It was one year ago this week that the Trump administration first showed it’s true colors.
Not that we didn’t already have a good idea of what was coming – at least those of us that followed Trump’s campaign rhetoric and saw the men that he installed into leadership positions in his White House.
On January 27th, 2017, seemingly with no warning – at least no warning to the members of DHS and TSA that had to enforce the order – Trump’s White House issued a ban of people coming from seven, majority Muslim nations.
The ACLU described Executive Order 13769 this way:
“[it] prohibited citizens from seven Muslim-majority countries from entering the United States for 90 days, suspended the entry of all refugees for at least 120 days, and barred Syrian refugees indefinitely.”
The ACLU and many other groups filed petitions in court, and American citizens, almost completely organized by grassroots and facebook groups, went to airports in Chicago, LA, NYC and others to protest the ban. In fact, I was at JFK for NationofChange, covering the no Muslim ban protests.
Lawyers joined the protesters in droves and the ban was put on hold by a judge in the Eastern District of New York.
Since then, the ban has seen multiple incarnations, each time being either put on hold or knocked down by courts. Currently the ban stands, as of December 4th, in process.
The ACLU reports:
“The Supreme Court granted the Trump administration’s request to temporarily allow the latest Muslim ban to take full effect as the case is litigated.”
On January 27th, 2018, I joined hundreds of local and national Muslim, immigrant, refugee, and civil rights organizations in front of the White House to protest the one-year anniversary of the first Muslim and Refugee Ban and subsequent bans that have discriminated against communities and dismantled the refugee resettlement program.
As with a lot of the Trump resistance fights, the rally and march that started in front of the White House saw a smaller crowd than the protests a long year ago as the fights become more nuanced and the initial widespread rage either fades or becomes overwhelmed by the next rage.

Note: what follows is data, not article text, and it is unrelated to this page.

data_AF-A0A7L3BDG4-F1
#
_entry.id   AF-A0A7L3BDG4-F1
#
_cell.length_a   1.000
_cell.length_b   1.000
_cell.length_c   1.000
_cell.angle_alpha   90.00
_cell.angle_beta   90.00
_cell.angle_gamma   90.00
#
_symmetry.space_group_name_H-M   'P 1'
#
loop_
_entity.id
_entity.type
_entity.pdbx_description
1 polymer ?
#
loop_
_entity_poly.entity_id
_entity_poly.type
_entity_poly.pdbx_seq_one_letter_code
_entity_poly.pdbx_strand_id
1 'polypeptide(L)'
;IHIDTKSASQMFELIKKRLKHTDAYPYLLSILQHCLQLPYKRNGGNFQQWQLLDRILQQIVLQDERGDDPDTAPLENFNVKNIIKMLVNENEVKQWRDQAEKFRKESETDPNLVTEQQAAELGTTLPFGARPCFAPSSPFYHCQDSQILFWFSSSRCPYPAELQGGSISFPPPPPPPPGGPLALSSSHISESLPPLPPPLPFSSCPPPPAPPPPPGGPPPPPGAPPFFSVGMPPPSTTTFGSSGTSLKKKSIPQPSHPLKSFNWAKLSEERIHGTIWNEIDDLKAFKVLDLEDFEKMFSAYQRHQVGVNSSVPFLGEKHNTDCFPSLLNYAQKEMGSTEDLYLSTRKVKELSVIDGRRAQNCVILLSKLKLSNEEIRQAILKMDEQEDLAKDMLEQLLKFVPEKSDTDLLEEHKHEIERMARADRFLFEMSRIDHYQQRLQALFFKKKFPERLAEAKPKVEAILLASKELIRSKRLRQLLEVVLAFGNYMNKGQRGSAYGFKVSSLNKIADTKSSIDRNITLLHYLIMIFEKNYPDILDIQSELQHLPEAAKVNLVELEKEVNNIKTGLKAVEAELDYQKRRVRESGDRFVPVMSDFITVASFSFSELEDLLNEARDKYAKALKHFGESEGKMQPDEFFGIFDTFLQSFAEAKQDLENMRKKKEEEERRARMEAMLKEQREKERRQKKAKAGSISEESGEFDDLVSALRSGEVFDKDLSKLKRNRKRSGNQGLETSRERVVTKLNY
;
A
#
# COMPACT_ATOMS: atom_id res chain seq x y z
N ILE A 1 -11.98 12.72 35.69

One hopeful note from the “Muslim/Refugee Ban: A Year of Resistance” rally was the wide spread support displayed by the groups that showed. From Moveon.org to the Jewish group J-Street, these groups represented with solidarity in front of the White House.
At the rally, D.C. Metro Chapter Co-Chair of J-Street, Mathew Meyers, said:
“…we strongly oppose the travel ban, also known as the Muslim ban, also known as the refugee ban… whatever you call it, it’s wrong, and we won’t quit until it’s history… This ban will not make us safer, it will make us weaker. J-Street is proud to stand with all of you today, America is better than this ban and together we will defeat it.”
The rally saw speakers from Yasmine Taeb, Iranian American and Legislative Director for Human Rights & Civil Liberties, Friends Committee on National Legislation, to Christian Rev. Reuben Eckels from Kansas.
Once the Impeachment March decided to reroute to the White House and join the space that the Muslim Ban rally had been taking up, the combined groups marched towards the Trump Hotel in Washington, D.C.
From there, the combined marchers joined with an LGBTQ dance group that moved on through the streets of the capitol.
I can’t be sure if any of this was planned, but weirdly enough, it all seemed to work. And it presented a new possibility for the resistance moving forward, one that involves the cooperation of groups in the resistance that you wouldn’t normally think of: Gay and Lesbian groups joining forces with Muslims who join forces with the primarily white, middle class Impeachment and #resist efforts.
If the numbers at these anniversary marches and rallies continue to decrease as they have with the Women’s March… a combined overall effort will be needed to rally enough numbers to continue the #resist movement. Whatever that means in 2018.
With the the second Science March coming up, and no doubt a 350.org march being announced soon, it will be interesting to see what the numbers are there in the nation’s capitol and around the country.
What this means for momentum moving into the 2018 primary season and the November mid-term elections… only time will tell.